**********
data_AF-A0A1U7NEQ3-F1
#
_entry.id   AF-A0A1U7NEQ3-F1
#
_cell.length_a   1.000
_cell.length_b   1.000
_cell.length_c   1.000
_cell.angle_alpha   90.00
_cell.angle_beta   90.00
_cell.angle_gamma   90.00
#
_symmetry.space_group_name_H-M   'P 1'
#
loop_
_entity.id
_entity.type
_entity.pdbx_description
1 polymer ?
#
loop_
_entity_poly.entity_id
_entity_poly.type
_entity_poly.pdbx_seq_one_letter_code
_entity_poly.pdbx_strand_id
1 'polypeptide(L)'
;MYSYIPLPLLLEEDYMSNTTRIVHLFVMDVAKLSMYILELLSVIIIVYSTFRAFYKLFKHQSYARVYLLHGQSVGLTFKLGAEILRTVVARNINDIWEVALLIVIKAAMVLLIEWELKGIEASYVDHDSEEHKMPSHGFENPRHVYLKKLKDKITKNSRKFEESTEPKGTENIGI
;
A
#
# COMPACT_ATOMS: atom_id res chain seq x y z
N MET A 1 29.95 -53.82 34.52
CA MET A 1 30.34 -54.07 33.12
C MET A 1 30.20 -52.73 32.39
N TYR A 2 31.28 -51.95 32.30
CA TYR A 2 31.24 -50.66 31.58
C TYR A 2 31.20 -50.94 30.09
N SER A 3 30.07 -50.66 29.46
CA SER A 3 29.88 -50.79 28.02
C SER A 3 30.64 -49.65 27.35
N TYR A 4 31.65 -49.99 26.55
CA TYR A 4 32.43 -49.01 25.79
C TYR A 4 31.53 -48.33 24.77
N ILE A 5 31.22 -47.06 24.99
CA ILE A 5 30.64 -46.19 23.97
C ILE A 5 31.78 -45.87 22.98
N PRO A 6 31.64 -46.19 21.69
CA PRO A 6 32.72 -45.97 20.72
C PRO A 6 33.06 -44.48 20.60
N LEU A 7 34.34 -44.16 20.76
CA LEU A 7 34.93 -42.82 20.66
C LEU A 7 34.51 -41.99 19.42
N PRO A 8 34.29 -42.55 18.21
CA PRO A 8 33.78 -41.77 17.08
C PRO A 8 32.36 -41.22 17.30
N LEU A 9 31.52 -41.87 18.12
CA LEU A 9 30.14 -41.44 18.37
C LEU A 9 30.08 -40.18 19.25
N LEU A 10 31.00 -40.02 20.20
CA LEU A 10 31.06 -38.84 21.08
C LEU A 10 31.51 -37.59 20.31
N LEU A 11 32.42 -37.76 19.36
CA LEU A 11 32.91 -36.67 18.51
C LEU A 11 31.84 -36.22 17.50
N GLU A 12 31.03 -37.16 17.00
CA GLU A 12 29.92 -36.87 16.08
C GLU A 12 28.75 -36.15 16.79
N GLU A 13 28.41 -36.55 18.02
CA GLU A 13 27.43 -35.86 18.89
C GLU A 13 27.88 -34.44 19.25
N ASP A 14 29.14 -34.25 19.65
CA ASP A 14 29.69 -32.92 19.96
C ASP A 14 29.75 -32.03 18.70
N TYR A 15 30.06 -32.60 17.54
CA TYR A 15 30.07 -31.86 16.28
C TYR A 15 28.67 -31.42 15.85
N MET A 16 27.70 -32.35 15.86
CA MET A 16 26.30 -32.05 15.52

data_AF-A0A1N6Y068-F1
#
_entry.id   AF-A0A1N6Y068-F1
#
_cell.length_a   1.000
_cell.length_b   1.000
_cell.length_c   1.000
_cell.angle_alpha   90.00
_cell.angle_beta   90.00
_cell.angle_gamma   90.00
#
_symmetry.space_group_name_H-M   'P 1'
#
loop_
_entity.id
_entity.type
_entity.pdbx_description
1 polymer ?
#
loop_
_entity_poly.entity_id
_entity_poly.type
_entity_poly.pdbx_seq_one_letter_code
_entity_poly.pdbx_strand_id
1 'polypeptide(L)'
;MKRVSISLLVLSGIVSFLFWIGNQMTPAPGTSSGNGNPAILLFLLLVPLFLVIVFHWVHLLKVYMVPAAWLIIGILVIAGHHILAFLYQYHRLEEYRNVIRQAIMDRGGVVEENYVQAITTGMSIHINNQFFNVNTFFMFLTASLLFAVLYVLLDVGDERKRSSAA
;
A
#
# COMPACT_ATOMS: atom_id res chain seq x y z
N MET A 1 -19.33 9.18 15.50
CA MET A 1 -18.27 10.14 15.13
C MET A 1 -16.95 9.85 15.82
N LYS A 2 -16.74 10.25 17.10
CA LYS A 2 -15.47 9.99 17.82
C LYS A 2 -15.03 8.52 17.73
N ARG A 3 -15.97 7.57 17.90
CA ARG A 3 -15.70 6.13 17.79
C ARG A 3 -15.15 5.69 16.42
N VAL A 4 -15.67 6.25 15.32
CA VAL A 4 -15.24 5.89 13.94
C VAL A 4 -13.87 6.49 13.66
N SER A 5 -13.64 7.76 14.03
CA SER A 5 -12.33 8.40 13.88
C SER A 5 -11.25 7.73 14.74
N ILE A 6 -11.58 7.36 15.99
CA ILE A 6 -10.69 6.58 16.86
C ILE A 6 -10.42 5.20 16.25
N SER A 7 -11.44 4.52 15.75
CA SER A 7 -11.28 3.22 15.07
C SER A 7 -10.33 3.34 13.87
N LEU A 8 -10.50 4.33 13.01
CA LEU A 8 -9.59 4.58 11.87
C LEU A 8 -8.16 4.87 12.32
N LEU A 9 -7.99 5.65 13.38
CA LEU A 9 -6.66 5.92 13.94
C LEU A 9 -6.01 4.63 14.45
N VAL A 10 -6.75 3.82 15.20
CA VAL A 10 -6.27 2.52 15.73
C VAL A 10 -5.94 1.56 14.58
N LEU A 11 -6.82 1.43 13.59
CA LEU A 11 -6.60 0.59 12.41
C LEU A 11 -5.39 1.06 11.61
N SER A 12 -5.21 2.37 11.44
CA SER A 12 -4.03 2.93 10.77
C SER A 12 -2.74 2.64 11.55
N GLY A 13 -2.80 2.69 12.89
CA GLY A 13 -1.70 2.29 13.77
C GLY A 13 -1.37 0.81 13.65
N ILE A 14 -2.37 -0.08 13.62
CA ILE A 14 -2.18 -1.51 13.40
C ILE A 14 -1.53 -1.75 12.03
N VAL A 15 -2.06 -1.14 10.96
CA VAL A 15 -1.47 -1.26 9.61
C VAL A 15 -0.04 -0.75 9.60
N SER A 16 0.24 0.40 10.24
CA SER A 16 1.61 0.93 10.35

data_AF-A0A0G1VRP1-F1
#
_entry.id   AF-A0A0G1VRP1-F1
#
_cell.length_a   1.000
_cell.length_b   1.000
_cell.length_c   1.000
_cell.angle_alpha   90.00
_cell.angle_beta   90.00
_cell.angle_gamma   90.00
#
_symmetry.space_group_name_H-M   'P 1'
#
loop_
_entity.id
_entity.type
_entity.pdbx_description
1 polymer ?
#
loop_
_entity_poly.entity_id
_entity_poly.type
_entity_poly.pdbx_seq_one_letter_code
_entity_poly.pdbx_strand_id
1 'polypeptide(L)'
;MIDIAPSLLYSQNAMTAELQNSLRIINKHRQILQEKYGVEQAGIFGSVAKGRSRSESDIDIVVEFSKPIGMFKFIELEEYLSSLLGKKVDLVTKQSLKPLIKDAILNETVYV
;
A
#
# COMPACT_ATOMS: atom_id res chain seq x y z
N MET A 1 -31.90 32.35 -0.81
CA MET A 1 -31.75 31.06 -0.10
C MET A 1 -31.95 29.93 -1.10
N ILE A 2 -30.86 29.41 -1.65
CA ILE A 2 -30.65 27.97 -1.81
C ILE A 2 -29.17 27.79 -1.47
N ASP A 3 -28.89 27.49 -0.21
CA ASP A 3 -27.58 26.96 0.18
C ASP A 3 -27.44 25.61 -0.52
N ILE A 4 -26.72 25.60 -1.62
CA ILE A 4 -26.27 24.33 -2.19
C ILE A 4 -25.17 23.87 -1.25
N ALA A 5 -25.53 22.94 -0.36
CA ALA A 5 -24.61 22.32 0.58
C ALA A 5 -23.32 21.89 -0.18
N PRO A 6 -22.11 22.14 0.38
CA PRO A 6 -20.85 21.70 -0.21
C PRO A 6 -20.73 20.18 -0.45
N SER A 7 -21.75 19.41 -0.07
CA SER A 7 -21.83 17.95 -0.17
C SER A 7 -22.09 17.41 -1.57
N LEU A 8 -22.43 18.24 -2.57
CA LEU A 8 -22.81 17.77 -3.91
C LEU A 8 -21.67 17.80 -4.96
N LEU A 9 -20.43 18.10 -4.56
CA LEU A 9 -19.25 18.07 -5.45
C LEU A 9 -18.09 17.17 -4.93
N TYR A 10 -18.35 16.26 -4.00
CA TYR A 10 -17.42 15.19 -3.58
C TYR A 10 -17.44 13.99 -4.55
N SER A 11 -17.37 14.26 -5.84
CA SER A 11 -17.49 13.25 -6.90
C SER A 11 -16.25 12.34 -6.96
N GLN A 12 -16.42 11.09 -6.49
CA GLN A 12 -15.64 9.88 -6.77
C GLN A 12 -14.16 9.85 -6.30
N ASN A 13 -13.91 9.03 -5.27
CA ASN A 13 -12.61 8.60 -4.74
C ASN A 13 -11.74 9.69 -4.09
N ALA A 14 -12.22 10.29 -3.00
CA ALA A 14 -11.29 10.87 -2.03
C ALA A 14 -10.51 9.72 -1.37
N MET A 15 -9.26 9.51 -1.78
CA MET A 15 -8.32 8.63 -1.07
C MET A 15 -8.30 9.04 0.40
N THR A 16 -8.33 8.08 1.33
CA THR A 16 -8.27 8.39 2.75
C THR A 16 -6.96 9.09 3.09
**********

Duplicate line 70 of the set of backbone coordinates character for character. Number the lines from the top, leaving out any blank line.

N ASP A 14 29.14 -34.25 19.65